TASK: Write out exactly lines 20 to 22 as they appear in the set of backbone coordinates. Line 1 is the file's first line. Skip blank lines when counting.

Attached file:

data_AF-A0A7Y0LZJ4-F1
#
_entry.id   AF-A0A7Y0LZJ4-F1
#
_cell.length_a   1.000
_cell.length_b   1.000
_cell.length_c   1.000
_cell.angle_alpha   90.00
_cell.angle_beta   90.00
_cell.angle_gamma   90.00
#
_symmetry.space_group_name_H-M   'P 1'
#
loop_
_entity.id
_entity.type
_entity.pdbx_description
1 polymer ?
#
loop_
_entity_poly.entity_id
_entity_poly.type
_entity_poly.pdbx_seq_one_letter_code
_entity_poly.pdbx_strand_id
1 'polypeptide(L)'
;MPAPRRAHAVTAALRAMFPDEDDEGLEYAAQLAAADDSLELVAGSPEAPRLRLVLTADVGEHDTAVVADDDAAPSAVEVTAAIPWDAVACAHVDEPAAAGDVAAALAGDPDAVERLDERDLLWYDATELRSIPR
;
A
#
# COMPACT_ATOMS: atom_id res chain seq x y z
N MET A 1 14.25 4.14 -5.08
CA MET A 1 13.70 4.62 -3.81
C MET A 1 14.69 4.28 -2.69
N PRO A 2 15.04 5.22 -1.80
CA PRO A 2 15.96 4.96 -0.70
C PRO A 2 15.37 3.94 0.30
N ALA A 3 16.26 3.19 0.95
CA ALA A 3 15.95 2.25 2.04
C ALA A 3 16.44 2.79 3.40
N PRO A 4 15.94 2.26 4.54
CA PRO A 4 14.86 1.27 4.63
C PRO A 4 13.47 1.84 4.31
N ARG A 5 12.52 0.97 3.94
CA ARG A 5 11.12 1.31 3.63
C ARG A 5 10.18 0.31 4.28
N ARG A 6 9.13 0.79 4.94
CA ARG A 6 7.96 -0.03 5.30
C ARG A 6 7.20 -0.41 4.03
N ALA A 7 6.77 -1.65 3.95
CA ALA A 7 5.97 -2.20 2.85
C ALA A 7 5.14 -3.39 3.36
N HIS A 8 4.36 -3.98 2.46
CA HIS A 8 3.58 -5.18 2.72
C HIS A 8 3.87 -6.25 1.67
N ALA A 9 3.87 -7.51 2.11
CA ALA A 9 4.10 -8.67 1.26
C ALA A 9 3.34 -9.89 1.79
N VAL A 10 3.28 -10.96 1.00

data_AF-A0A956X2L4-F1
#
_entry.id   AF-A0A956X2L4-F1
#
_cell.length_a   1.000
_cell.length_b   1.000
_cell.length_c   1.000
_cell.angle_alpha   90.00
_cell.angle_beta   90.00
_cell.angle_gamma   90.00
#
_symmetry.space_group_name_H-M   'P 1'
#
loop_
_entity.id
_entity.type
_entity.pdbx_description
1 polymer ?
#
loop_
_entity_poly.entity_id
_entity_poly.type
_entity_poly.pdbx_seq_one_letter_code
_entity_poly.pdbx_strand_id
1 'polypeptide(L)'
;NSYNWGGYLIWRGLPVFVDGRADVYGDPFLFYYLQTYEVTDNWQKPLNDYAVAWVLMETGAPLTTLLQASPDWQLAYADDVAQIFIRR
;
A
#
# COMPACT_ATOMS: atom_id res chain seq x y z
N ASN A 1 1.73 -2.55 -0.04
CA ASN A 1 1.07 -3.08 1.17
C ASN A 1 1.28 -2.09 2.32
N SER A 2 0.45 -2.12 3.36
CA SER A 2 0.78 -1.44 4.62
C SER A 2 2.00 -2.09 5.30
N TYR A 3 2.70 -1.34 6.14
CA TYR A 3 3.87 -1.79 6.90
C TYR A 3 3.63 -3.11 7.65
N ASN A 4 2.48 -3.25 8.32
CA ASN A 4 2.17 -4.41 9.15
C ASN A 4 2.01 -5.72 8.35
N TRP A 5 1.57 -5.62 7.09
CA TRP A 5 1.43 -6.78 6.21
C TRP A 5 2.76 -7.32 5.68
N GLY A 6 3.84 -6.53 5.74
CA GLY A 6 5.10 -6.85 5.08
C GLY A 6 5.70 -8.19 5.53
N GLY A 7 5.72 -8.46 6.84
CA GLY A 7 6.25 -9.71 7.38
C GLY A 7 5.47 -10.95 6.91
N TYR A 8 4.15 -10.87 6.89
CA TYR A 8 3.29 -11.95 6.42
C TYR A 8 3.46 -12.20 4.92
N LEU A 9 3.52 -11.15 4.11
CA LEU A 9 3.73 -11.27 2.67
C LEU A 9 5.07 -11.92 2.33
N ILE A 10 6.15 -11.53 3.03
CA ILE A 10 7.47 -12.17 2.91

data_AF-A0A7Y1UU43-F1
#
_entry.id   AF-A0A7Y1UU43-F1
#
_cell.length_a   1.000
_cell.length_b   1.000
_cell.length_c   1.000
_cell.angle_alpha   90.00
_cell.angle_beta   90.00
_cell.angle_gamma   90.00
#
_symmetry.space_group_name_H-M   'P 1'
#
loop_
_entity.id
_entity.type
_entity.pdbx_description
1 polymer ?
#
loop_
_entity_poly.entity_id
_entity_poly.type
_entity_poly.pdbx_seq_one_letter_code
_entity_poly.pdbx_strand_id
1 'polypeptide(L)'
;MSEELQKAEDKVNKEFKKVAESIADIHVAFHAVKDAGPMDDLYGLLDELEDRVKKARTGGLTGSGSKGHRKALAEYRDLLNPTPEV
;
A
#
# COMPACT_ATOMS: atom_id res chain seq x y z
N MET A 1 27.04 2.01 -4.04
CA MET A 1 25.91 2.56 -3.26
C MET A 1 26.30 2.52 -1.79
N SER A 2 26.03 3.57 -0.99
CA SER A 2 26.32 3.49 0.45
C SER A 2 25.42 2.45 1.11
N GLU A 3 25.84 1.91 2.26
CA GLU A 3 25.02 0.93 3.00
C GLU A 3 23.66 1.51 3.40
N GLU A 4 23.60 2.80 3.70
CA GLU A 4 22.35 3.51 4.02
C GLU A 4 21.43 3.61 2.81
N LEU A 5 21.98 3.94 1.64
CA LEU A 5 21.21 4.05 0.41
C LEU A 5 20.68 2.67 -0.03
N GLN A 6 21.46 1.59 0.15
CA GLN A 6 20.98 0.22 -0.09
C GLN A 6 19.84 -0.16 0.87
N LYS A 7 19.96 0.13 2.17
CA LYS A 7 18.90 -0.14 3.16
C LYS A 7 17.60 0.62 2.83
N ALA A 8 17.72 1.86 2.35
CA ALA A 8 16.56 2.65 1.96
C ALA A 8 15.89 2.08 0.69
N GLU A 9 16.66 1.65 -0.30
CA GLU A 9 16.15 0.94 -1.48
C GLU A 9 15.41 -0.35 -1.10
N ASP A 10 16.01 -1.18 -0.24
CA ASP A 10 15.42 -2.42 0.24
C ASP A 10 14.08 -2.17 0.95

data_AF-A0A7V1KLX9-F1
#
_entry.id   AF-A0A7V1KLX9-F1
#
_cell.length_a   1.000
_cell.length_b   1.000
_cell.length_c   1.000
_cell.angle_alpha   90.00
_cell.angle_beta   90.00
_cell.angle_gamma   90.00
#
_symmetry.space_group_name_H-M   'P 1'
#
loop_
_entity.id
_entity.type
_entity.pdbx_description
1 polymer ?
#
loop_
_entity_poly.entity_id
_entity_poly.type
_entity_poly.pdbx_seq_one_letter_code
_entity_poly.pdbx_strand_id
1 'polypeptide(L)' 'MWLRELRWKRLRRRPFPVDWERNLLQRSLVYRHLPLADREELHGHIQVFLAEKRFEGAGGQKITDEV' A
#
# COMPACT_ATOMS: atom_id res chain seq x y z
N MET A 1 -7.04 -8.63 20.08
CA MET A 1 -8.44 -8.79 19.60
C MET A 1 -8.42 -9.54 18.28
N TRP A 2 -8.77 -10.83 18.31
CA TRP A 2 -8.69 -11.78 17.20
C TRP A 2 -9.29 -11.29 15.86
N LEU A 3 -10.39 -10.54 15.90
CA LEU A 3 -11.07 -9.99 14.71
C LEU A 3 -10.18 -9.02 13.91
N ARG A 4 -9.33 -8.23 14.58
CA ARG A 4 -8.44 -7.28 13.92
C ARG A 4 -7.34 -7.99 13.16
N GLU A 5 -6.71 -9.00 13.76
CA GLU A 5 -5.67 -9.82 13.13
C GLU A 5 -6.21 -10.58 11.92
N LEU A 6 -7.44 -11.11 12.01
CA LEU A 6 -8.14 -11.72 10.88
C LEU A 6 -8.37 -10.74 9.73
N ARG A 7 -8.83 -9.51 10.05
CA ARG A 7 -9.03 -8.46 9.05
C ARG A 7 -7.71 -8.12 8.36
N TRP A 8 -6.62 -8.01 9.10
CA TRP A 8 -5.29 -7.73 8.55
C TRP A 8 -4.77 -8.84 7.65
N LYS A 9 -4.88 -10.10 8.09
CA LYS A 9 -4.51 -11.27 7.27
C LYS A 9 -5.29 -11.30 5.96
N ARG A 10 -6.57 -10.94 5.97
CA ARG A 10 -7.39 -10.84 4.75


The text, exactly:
loop_
_entity_poly.entity_id
_entity_poly.type